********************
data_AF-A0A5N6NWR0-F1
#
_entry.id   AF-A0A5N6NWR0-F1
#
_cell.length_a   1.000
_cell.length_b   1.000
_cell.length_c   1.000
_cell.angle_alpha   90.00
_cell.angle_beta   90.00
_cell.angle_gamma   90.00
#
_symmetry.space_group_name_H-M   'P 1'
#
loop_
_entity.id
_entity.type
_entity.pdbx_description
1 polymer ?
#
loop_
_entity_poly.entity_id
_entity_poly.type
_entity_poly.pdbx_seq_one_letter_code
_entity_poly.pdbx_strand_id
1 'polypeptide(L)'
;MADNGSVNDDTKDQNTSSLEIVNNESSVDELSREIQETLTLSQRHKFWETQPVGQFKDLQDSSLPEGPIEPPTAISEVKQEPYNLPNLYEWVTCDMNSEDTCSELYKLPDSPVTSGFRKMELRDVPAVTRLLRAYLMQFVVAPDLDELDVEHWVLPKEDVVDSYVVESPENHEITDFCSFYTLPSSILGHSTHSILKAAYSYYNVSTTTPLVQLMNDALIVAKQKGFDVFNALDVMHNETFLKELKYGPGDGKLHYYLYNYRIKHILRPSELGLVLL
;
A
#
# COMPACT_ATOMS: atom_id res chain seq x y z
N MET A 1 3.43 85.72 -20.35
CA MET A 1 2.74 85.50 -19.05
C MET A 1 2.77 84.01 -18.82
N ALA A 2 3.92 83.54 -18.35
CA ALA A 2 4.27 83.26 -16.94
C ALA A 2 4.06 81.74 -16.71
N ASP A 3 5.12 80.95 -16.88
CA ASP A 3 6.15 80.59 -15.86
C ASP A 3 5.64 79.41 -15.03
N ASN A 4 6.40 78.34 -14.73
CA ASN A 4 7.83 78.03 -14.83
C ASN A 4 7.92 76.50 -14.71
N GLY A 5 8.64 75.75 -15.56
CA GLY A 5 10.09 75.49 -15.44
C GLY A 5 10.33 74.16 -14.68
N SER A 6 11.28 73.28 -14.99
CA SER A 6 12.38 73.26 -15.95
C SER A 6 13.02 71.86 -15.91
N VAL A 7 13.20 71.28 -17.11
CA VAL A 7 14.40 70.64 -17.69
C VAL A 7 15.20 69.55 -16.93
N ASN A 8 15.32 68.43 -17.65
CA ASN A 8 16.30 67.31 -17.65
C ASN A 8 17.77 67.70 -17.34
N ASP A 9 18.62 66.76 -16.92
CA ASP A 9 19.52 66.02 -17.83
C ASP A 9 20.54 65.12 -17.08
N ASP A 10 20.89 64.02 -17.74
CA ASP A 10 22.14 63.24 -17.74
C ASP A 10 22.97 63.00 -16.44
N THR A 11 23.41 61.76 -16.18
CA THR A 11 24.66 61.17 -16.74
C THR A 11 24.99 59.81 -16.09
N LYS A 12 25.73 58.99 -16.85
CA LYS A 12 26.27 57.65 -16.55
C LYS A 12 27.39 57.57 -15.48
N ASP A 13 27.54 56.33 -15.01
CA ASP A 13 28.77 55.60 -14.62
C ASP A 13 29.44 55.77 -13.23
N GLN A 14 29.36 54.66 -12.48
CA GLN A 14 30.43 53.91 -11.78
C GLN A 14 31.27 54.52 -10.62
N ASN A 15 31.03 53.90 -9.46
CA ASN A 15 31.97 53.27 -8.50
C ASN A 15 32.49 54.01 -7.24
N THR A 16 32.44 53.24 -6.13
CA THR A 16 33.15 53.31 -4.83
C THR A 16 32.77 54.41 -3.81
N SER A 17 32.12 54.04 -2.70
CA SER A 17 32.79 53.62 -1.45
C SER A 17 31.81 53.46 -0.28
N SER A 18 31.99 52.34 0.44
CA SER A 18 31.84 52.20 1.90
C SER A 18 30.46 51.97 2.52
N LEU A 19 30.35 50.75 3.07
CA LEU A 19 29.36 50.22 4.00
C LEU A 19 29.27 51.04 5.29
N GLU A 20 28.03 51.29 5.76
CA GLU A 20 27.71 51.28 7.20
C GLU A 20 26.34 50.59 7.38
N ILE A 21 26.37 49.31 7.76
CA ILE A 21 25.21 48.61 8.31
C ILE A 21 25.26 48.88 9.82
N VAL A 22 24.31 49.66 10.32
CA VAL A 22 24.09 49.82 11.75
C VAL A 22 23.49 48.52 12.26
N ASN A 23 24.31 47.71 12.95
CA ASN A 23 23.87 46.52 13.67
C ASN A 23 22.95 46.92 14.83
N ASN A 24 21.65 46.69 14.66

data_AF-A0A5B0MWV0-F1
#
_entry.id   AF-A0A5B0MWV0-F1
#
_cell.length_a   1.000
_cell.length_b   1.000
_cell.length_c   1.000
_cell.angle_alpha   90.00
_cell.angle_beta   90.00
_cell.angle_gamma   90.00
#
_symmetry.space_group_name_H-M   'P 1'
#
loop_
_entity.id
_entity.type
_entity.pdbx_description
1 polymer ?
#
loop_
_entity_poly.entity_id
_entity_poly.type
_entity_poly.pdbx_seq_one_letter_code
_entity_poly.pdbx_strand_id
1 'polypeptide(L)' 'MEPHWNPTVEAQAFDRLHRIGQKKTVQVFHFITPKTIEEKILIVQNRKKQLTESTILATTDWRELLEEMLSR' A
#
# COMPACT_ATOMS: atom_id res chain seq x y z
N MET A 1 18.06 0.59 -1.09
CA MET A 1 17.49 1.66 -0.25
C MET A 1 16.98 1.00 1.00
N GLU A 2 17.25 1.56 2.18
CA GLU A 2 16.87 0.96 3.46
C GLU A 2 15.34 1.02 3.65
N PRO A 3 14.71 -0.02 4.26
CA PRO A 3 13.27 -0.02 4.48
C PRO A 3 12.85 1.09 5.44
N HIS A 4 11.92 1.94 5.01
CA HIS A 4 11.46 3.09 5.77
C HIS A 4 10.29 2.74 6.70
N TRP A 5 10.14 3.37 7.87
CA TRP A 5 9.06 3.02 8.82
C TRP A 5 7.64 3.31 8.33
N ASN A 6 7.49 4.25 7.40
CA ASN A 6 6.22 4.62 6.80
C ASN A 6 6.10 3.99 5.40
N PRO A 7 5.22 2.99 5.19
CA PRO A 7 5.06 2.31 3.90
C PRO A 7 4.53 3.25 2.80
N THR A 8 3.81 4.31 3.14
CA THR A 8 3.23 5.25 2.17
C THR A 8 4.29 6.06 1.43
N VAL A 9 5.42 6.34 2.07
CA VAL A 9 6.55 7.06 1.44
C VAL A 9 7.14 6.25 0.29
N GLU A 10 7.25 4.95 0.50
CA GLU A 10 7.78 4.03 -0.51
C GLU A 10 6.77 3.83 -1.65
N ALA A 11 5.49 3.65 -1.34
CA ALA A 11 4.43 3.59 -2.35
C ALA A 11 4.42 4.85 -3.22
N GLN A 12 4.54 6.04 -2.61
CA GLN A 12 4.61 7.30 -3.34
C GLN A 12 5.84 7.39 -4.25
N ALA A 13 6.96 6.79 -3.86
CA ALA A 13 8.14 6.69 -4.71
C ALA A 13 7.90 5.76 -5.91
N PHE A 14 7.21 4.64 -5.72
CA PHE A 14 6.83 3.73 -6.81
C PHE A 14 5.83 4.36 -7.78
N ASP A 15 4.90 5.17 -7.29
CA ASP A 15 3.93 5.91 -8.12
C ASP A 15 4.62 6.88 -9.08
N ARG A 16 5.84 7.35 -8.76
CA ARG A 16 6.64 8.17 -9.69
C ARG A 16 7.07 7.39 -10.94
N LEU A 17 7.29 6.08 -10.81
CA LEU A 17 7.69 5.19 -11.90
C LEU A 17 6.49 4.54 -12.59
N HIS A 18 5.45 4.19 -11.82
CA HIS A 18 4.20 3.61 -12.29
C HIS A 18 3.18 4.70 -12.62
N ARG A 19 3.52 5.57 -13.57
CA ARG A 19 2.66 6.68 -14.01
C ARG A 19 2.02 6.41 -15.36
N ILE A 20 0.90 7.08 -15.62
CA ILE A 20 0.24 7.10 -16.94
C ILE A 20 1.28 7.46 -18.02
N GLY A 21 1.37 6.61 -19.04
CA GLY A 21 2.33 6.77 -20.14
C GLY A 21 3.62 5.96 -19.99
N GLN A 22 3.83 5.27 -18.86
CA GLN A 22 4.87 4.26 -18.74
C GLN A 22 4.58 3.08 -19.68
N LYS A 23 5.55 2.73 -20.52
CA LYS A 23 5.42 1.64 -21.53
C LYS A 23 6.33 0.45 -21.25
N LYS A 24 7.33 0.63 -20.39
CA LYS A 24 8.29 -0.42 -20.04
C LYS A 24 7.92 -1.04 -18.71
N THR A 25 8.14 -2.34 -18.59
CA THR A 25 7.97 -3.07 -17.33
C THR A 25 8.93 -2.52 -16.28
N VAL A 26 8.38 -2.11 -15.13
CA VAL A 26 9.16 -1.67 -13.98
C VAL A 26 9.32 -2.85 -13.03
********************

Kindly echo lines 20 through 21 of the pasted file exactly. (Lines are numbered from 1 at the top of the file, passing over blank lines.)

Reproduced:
loop_
_entity_poly.entity_id